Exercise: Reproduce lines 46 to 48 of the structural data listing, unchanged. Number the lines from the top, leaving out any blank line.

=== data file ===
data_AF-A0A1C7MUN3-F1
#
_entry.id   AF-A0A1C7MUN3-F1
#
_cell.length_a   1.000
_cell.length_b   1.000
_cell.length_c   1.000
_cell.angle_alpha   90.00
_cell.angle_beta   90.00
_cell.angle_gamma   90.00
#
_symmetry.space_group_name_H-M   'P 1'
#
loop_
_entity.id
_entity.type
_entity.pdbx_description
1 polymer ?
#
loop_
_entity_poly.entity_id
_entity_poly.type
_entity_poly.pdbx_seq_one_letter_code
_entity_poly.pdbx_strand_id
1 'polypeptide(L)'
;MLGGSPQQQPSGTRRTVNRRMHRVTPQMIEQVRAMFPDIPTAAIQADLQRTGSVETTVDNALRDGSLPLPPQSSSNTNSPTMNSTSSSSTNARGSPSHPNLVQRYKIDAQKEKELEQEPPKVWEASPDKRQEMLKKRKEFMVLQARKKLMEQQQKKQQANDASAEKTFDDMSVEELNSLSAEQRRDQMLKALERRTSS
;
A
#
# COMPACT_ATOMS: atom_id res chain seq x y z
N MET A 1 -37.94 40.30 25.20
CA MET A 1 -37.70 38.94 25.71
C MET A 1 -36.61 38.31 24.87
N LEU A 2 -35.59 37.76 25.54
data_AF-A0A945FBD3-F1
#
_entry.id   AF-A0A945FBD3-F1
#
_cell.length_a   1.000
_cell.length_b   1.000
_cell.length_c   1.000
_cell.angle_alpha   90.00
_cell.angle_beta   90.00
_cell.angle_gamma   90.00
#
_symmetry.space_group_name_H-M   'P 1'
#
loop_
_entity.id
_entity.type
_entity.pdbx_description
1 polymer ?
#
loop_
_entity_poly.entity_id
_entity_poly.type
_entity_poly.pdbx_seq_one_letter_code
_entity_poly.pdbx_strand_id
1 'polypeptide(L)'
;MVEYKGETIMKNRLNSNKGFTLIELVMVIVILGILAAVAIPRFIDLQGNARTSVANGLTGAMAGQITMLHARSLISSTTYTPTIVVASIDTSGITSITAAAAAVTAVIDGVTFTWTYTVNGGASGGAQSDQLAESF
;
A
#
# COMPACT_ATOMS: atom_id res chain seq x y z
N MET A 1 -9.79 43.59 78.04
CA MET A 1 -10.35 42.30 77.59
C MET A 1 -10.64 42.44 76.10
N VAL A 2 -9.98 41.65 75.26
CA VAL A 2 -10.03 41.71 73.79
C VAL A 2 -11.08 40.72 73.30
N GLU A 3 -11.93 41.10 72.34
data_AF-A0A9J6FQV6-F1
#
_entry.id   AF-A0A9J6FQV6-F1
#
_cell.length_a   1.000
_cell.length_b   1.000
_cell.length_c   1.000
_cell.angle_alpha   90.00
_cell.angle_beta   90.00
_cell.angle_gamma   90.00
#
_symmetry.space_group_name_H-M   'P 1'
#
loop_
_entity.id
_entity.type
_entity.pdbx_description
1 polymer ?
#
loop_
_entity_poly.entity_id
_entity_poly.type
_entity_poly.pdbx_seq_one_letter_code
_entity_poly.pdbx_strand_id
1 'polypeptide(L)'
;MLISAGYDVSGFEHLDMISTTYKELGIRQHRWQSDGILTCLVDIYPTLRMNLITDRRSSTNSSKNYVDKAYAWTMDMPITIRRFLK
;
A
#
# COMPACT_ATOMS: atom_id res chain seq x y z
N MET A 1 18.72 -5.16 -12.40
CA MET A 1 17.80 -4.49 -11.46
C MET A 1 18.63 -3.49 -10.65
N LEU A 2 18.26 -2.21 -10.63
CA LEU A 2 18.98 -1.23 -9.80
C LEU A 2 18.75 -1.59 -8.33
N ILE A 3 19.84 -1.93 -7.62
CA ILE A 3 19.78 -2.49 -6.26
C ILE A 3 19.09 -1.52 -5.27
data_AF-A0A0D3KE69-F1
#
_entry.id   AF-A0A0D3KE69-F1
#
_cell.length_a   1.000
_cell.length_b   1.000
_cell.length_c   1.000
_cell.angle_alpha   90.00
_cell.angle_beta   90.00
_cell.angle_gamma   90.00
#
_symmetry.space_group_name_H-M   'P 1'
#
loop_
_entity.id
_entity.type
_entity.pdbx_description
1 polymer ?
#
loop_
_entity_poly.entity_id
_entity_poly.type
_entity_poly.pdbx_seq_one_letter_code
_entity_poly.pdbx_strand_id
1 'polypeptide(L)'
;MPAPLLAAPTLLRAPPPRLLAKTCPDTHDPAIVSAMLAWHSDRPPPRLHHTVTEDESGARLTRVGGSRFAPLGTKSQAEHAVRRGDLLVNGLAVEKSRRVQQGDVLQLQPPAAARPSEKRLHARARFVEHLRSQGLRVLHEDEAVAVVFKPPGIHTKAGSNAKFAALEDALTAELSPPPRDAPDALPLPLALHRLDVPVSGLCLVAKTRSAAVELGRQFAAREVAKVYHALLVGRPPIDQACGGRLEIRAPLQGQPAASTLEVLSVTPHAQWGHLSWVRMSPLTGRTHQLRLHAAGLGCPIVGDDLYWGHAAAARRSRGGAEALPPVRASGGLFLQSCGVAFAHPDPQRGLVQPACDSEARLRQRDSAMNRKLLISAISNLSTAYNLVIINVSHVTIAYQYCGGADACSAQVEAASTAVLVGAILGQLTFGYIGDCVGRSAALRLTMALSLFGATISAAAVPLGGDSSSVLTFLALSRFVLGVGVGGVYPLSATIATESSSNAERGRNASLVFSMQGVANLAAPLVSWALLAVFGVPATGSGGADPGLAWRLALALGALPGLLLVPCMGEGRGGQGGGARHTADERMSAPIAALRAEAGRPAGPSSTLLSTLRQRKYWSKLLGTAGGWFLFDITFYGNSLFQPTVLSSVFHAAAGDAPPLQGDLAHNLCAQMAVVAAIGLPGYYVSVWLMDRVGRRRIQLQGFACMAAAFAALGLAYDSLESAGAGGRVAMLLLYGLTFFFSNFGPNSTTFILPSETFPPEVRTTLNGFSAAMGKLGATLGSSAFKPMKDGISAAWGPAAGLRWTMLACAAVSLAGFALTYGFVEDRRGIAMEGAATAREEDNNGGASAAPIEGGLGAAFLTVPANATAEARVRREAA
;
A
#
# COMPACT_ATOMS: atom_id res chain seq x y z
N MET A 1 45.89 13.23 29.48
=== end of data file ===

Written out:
_symmetry.space_group_name_H-M   'P 1'
#
loop_